The WTO Dispute Settlement System: a fall from grace - What happened?
Since the establishment of the WTO, the promise was made that the world would finally have an effective system of enforcement for trade and IP law. Peter van den Bossche discusses the American boycott of the Dispute Settlement System (DSS) under the WTO, in light of the TRIPS Agreement, at the IGIR – IEEM IP Seminar in Macao.
The golden years of the DSS
From its establishment, the DSS received 590 requests for consultations from Members and 64 compliance cases, 41 of which related to TRIPS. In 50% of the TRIPS cases, a mutually agreed solutions could be reached in the consultations phase. For the other 50%, a panel was established. Overall, compliance with panel reports (i.e. judgments) among WTO Members amounts to about 85%.
Such wide-spread reliance on an international dispute settlement system is unprecedented. It is out of question that the DSS as part of the WTO has been a magnificent departure from previously existing mechanisms that were incomplete and did not secure compliance. Nonetheless, we are witnessing a shift of perception of the DSS: from being ‘the jewel in the crown’ to a body in looming crisis, developing into an existential one.
The looming crisis
Between 2005 and 2011, the DSS was overburdened with a barely manageable workload. Aggressive antagonistic discourses started to come about and there was a general tendency to undermine the independence and impartiality of judges.
The institutional imbalance that laid at the foundations of the WTO also started to surface. While the legislative branch of the organization did not function as well as envisioned, the branch of the judiciary (the DSS) was more functional than ever. DSS rules were never adapted to the changing circumstances and no negotiations were started. This imbalance became evident and gradually weakened the public perception of the system.
The existential crisis
It is worrying to see how it has developed into an existential crisis of the system that threatens its very existence. The Trump Administration, in 2018, circulated a report amongst the WTO Members, outlining a number of concerns. This report arguably pinpoints the start of the downfall.
The US submits that there are important issues to be discussed:
- the overreach of the Appellate Body (AB). Here, the US argues [see Lighthizer’;s declarations] that the AB exceeded its mandated powers exercising judicial activism, primarily in trade remedy cases.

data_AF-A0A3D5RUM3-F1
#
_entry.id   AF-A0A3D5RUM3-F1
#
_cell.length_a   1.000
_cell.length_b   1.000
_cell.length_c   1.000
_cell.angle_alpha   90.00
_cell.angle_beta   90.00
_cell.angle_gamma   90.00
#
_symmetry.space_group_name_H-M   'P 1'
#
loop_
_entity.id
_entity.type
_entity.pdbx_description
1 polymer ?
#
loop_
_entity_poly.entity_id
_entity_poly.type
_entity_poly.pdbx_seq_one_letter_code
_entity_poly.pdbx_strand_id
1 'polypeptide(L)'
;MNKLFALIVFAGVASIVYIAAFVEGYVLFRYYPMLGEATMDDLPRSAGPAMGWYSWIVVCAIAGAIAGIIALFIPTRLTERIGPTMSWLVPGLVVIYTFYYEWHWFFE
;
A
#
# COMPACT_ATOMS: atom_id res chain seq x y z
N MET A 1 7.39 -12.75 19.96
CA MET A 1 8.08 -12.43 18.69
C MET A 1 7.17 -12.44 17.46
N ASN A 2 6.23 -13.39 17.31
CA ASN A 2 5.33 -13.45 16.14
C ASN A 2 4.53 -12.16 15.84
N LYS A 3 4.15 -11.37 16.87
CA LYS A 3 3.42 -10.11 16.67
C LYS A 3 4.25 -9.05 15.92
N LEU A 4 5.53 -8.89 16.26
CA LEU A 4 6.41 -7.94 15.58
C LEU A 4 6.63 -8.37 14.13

- the uncertainty as to the binding nature of precedent reports. While the AB treats precedent case law as binding (for the purposes of judicial consistency), that is not explicitly provided by the Dispute Settlement Understanding (DSU).
- the 90 days maximum timeframe. All cases should be finished within 90, nonetheless, the cases now have become so elaborate that it is not possible to finish a case in 90 days.
- the role of the AB secretariat. The US contests that the AB Secretariat has exceeded its mandate by physically drafting panel reports, although accepts that the Secretariat does not have a say in the actual content of the reports.
- A number of AB judges effectively exceeding their term of office by relying on art. 15 of the Working Procedure to finish the cases on which they were working, even after the expiration of their mandate.
The US clearly outlined its intention to put a hold on the approval of the WTO’s entire budget as “the organization’s compensation structure creates an incentive for appellate members, who can make more than 300,000 francs a year, to string out cases to boost pay”.
A number of engagements by other WTO Members tried to address these concerns. The US participated in the discussions by means of a notetaker and disregarded any patch that was proposed to move forward.
The threat that December 11th 2019 poses
Based on these concerns, the US has decided not to nominate a replacement and block the reappointment of any judge for the AB (more info here, by Jens Hillebrand Pohl). On December 10th 2019, Amb Ujal Bhatia (India) and Mr. Thomas Graham (US) will end their term of appointment at the AB. The AB will be left with one judge only, Ms. Zhao Hong (China). The AB requires three judges to function. After December 10th 2019, there is no capacity for the AB to hear any new case, nor will it be able to approve any new panel report, or approve any retaliatory measure. Arguably, the essence of the DSB will fail.
The DSS is trembling. Yet, the WTO has never been busier than now: there are 74 pending cases, of which 24 are consultations, 36 are panel proceedings and 12 AB proceedings. There is an existential crisis, but WTO Members seem to keep relying on the system, more than ever: are Members just being oblivious to an unavoidable reality or is the system worth holding on to?
|Written by Debe Debernardi IPKM student 2019/2020 - more blogs on Law Blogs Maastricht|